The Hole represents Dante's first theatrical effort since the Looney Tunes fiasco, although its limited domestic release perhaps doesn't even qualify it as that. Making international film festival circuits back in the fall of 2009, The Hole went to theaters in various foreign territories in 2010 and 2011. In the United States, however, it had just two notable festival screenings to its name before it took to Los Angeles' Downtown Independent last Friday for a one-week 3D theatrical engagement. This PG-13 horror film came to DVD and a Blu-ray + DVD Combo Pack yesterday in just the standard two dimensions from a small company called Big Air Studios.

Lucas (Nathan Gamble), Julie (Haley Bennett), and Dane (Chris Massoglia) try to discover just how deep "The Hole" is.

The film opens with nurse Susan Thompson (Meet the Parents' Teri Polo) and her sons, disagreeable teen Dane (Chris Massoglia) and loner younger brother Lucas (Nathan Gamble), moving from Brooklyn to the small town of Bensonville, Oregon. Despite Mom's encouragement, the two boys aren't enjoying each other's company and Dane is down on the latest of the family's many relocations.

But one summer day, Dane and Lucas together uncover a heavily padlocked door on their basement floor. They break it open to find -- you guessed it -- a hole. A deep one containing blackness as far as the eye can see. For all they know, it's bottomless, or at least that is how it seems when they explore it with rope, fishing wire, and a Cartman doll. When informed of this discovery, Julie (Music and Lyrics' Haley Bennett), the friendly teenage girl next door, shares the brothers' interest and curiosity. Those feelings grow along with the hole's mysteries, as things begin moving around and tapping into the kids' worst fears.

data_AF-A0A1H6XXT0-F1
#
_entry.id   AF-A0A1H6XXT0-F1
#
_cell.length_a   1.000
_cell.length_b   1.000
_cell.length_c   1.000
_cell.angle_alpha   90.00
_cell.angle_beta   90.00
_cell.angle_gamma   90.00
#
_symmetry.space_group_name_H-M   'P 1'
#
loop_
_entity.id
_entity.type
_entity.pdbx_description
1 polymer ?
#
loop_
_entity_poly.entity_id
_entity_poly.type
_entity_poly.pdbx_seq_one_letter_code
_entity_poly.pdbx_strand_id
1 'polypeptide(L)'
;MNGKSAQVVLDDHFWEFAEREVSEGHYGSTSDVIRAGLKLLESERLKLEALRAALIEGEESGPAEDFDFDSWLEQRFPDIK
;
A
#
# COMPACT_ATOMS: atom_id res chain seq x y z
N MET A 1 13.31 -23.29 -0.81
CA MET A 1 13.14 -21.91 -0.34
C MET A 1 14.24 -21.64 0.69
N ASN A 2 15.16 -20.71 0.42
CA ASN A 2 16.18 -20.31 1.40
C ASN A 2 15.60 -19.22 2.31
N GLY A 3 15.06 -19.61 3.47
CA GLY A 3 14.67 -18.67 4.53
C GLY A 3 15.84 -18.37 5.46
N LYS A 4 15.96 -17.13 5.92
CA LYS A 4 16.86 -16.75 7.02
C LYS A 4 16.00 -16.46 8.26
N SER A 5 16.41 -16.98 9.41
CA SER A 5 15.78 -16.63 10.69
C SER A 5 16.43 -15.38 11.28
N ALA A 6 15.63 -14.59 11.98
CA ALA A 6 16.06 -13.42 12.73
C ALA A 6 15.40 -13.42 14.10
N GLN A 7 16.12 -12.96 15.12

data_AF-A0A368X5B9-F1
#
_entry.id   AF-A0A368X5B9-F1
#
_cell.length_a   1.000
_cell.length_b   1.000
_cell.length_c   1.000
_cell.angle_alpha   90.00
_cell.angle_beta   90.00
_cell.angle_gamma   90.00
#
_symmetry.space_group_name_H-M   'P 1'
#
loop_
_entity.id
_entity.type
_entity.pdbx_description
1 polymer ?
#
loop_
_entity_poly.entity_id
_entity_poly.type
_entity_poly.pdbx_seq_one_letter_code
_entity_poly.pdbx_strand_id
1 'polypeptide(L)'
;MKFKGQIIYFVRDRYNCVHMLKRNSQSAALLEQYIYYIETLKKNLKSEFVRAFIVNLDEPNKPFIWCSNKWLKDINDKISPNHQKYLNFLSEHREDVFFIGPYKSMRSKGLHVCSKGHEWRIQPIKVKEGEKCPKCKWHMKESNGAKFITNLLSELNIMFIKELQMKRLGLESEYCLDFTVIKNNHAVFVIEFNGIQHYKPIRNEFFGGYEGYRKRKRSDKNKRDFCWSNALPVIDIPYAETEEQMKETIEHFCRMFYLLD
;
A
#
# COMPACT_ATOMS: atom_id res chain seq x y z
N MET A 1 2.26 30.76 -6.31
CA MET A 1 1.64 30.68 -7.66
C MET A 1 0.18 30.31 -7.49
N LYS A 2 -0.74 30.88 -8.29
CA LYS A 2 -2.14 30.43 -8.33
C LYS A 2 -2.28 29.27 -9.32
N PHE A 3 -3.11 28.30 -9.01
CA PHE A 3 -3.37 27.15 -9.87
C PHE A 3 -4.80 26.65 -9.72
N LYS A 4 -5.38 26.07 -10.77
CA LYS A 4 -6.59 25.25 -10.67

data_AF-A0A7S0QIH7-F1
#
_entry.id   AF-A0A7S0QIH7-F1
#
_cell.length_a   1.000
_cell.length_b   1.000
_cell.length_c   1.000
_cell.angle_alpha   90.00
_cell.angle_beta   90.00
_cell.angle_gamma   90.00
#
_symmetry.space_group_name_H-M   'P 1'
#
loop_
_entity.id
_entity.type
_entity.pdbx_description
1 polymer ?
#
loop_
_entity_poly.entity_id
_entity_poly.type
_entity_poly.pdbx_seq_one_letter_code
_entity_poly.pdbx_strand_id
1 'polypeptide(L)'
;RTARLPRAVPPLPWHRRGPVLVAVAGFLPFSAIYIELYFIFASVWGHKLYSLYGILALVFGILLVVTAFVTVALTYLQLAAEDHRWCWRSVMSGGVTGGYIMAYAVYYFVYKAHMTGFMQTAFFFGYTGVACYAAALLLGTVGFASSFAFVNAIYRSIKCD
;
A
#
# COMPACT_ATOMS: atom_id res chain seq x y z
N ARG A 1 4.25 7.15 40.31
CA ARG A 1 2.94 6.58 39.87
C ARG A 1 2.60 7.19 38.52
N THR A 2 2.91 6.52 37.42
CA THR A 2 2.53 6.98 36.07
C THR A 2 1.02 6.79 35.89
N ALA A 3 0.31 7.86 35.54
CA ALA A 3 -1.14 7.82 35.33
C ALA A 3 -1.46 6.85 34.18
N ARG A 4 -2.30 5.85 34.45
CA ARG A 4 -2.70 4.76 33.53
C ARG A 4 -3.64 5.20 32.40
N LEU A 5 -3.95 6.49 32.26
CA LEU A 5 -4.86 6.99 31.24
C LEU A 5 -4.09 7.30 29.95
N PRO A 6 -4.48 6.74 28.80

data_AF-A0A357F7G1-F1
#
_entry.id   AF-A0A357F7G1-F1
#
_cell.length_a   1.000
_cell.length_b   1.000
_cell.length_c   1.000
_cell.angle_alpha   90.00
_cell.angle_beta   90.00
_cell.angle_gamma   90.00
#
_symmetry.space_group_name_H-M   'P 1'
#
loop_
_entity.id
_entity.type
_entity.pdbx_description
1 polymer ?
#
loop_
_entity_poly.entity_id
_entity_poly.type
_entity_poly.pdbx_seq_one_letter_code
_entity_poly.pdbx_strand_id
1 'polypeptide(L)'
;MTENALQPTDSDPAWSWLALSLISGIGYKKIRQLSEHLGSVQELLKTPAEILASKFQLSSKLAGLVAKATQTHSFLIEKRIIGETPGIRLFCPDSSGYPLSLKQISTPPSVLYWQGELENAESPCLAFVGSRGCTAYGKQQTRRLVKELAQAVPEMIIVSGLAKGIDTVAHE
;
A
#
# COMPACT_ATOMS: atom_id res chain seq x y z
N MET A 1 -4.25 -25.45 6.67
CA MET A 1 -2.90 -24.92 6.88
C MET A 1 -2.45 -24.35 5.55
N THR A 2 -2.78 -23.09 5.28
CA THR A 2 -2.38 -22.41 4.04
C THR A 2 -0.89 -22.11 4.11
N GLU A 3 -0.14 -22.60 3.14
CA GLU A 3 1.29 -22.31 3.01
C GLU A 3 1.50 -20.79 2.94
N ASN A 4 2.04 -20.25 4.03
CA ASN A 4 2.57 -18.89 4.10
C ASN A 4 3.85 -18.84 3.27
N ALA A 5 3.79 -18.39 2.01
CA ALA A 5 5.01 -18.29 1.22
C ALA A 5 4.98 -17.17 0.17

Like so many young film protagonists, these three adventurers keep their finding secret, from Dane and Lucas' Mom and nearly anyone else. It's their hole and the horrors it holds are for them to figure out and combat. In the end, the hole leads to a dark yet real place, which doesn't feel especially appropriate or fulfilling. Still, it is more creative and compelling than generic supernatural threats.

Mom (Teri Polo) encourages Dane (Chris Massoglia) to spend time with his brother and give Bensonville a chance. Playing the role of Creepy Carl, Bruce Dern reunites with his "The 'Burbs" director.

It is nice to get a new Joe Dante movie and to find that the director has not lost his touch. Vacancy and Vacancy 2: The First Cut scribe Mark L. Smith couldn't have gotten a director better suited to his screenplay. It's been a while, but Dante hasn't outgrown creepy little things coming to life, a requisite appearance by Dick Miller,